Monday, December 05, 2005

Fight Fight
Talk Talk

Erik gives us a little lesson in Chinese Taqiyya:

In the years right after World War II, when the United States was striving to negotiate a deal between the Nationalist government of China and the insurrection, the Communist leader Mao Zedong formulated the strategy known as "fight fight talk talk"

writes Richard Bernstein in The New York Times, as he describes Iran's negotiating strategy today and, effectively, Saddam's three years ago and that of tyrants always.

Indeed, their being by definition not the negotiating type, the Times inadvertently puts the lie to all the hoopla about having negotiations bring about a workable, everbody-wins compromise in the Iraqi crisis.

Bernstein adds that, with regards to Mao,

It was a brilliant success.The idea was that even as you seek opportunities to make gains on the battlefield, to expand your territory and gain in strength, you keep on negotiating even though you have no interest in a compromise solution and intend to win complete victory. The talk-talk part of the strategy gives mediators the sense that they are doing something useful, while, by holding theoretically to the possibility of a negotiated solution, you deter great-power military intervention in support of your adversary.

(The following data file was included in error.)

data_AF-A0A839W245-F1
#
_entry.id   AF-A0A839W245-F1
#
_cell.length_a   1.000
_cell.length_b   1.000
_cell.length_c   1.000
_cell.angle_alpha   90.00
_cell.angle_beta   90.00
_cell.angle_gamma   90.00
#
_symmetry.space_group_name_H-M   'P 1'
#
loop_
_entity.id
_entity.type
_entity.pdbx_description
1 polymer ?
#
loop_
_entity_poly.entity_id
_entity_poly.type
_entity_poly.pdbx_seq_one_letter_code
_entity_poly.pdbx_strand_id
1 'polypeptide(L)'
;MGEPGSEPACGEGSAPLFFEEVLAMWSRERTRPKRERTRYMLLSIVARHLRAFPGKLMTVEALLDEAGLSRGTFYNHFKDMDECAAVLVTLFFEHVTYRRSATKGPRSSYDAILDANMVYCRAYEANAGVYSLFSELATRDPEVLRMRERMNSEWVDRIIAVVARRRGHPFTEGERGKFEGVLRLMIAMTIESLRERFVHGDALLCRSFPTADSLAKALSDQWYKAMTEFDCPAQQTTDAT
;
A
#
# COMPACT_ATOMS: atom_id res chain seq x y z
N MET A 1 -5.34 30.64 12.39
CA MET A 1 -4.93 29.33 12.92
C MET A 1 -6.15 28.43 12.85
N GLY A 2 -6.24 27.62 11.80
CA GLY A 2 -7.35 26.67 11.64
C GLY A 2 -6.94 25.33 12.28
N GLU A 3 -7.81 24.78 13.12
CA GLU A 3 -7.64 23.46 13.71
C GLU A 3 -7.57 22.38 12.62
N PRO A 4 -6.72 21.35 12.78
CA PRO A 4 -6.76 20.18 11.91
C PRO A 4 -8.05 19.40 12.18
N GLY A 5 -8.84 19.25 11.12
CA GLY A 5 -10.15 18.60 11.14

Iran seems to be following a similar strategy, and it has been working for the simple reason that the European/American plan provides no way effectively to counter it.

Yeah, because our Western politicians aren't businessmen. For the most part, they are anti-Capitalists, so they don't recognize the reality of the marketplace when it hits them in the face.

As a businessman, I recognize this strategy, instantly. Whenever the pace of working towards a deal starts to slow, a good businessman knows that his client is seeking another deal.

In the case of Iran, they are seeking to buy more technology from Russia and China, with the endgoal being the self-sufficiency of becoming a nuclear nation. Yes, that's right. Primitive Islamofascists, armed to the teeth, with nuclear weapons.

The Brave New World.